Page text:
Since my first year of college, I’ve had this weird love affair with the band Local H. It’s rooted in the fact that they were the first band I ever interviewed in person, on a tour bus, for an assigned story to discuss their breakthrough effort As Good As Dead. The high of sitting with drummer Joe Daniels for an unlimited amount of time, basically until running out of questions, I can still feel to this day.
I’m self-aware enough to know the primary reason I developed a soft spot for the duo out of Zion, IL was because of that initial encounter. It was a legit bummer when Daniels split in 1999, and singer/guitarist/bass pick-up artist Scott Lucas continued on with another guy behind the kit. Coincidentally or not, that’s when the popularity of Local H began to fade, save for a strong contingent of diehard fans. It also had to do very much with the shift in the music industry that was suddenly less artist-driven, more singles-centric and almost zero room for talent development.
Personally, a funny thing happened. I stayed with Local H, never missed them when they came to Philadelphia on tour, and even traveled at times to Washington D.C. for the sole purpose of catching them live. The fondness had gone beyond the sentimentality factor, they were still cranking out damn good music. Sure, you’d hear the same thing from a fan of any other band that came to popularity in the 90s:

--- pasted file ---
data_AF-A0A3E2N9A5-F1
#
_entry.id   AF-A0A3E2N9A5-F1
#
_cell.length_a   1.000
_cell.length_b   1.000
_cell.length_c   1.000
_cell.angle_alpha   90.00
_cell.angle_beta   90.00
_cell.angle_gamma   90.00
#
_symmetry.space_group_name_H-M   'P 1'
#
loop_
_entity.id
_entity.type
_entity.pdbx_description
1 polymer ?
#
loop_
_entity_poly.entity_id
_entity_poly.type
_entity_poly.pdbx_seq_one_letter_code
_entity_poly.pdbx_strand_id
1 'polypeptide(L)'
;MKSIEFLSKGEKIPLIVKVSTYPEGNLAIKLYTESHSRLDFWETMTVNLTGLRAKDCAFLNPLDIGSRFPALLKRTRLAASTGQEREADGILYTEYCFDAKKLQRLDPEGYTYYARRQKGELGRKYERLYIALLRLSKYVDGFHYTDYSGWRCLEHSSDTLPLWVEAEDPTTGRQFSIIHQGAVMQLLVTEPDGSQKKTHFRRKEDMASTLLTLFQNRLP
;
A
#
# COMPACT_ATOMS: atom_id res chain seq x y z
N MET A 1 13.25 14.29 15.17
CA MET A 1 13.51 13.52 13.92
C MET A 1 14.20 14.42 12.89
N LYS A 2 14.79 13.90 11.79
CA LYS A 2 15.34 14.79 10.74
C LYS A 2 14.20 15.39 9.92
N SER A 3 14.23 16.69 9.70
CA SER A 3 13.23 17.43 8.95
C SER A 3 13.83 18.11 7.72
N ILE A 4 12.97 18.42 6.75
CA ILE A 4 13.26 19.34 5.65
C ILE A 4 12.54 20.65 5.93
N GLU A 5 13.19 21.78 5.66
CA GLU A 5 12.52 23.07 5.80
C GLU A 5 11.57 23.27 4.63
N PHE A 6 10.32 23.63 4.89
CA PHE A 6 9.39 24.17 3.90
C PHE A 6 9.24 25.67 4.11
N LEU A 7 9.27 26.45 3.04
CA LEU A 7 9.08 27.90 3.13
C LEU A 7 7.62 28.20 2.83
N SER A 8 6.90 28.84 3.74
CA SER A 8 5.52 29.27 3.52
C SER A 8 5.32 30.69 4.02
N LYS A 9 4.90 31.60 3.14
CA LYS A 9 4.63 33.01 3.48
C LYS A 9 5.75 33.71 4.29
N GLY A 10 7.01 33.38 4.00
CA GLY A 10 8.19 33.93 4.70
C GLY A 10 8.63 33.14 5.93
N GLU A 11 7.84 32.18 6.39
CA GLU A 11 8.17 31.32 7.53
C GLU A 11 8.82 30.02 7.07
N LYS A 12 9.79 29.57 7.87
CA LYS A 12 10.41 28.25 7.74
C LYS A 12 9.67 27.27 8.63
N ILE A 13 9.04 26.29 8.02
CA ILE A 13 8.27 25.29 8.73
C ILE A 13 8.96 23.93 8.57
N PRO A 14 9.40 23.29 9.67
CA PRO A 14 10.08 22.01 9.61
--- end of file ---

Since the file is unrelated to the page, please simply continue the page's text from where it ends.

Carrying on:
“Yeah, [insert best known single here] is what most people know, but the rest of their catalog is so much better!”
When it came to Local H though, that was actually true. Take a look at their AllMusic main discography; it easily averages out to four stars an LP. The same can’t be said for Fuel or Seven Mary Three. Lucas was just able to keep delivering the goods, first with Brian St. Clair on drums from 1999-2013 and Ryan Harding since 2013.
I’ve interviewed Lucas about a dozen times for various publications for both Local H and his other project, Scott Lucas and The Married Men. One of my editors told me we need to cool it with the stories on him for a bit. That’s fine, but the the unthinkable happened; Joe came back.
When it was announced Daniels would be returning – with Harding still taking part – for a tour to support the 20th anniversary of As Good As Dead, all those memories from, shit – two decades ago, came flooding back. Tonight is the show in Boston, and I’m about to geek out like I did in ’96, even bringing my brand new copy of As Good As Dead on vinyl to get signed. Because while there has been something there keeping me interested all these years, there’s nothing wrong with a little bit of nostalgia every now and again.